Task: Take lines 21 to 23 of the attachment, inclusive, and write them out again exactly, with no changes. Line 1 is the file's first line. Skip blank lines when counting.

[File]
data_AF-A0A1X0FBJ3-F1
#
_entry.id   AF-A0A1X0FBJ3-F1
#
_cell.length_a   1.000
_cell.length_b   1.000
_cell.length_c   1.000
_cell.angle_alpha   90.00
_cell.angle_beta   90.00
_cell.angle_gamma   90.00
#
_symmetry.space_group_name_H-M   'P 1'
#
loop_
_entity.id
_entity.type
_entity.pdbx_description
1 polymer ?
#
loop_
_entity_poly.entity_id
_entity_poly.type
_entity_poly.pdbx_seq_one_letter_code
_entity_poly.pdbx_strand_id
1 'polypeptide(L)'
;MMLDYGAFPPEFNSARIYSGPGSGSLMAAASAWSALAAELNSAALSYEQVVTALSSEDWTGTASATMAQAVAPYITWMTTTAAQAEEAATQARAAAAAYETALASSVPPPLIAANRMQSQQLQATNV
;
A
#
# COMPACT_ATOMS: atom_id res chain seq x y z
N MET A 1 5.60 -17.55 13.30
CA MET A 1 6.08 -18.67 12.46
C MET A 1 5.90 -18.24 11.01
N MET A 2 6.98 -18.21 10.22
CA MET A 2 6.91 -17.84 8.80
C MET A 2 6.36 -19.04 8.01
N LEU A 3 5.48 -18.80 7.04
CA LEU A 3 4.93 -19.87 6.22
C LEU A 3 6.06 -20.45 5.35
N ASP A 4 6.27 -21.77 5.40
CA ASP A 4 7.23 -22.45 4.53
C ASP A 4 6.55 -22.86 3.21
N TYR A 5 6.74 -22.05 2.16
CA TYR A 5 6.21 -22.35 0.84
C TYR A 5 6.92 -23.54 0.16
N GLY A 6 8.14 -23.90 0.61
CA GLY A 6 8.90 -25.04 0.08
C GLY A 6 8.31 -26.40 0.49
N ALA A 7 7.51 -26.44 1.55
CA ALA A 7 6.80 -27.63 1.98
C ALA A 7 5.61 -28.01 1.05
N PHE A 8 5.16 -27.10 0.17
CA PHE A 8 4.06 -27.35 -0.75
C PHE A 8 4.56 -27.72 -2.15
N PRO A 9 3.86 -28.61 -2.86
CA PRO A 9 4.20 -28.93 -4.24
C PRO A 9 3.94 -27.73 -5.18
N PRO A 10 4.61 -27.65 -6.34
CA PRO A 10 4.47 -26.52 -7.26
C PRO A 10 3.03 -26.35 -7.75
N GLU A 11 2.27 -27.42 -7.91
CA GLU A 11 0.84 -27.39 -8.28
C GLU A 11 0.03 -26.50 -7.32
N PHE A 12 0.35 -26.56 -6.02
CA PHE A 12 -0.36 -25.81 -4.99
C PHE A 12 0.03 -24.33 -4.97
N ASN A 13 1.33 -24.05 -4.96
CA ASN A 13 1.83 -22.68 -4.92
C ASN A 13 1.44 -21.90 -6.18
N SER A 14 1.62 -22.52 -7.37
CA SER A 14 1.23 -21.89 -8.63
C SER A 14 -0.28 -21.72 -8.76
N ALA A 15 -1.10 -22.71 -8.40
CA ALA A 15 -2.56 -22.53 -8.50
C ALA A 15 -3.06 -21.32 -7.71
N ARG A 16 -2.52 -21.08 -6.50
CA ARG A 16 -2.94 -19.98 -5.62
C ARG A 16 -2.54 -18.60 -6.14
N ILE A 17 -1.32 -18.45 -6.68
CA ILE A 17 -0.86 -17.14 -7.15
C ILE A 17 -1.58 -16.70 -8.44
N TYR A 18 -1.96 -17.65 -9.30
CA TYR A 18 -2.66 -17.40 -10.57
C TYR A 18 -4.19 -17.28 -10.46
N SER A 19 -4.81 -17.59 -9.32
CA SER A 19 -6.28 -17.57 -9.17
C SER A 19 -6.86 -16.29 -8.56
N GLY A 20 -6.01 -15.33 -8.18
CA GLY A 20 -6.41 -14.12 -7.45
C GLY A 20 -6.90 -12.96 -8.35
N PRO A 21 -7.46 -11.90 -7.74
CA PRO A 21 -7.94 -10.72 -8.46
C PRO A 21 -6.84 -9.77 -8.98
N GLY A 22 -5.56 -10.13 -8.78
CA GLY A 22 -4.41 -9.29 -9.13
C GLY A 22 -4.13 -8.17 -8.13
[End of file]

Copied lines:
_entity_poly.entity_id
_entity_poly.type
_entity_poly.pdbx_seq_one_letter_code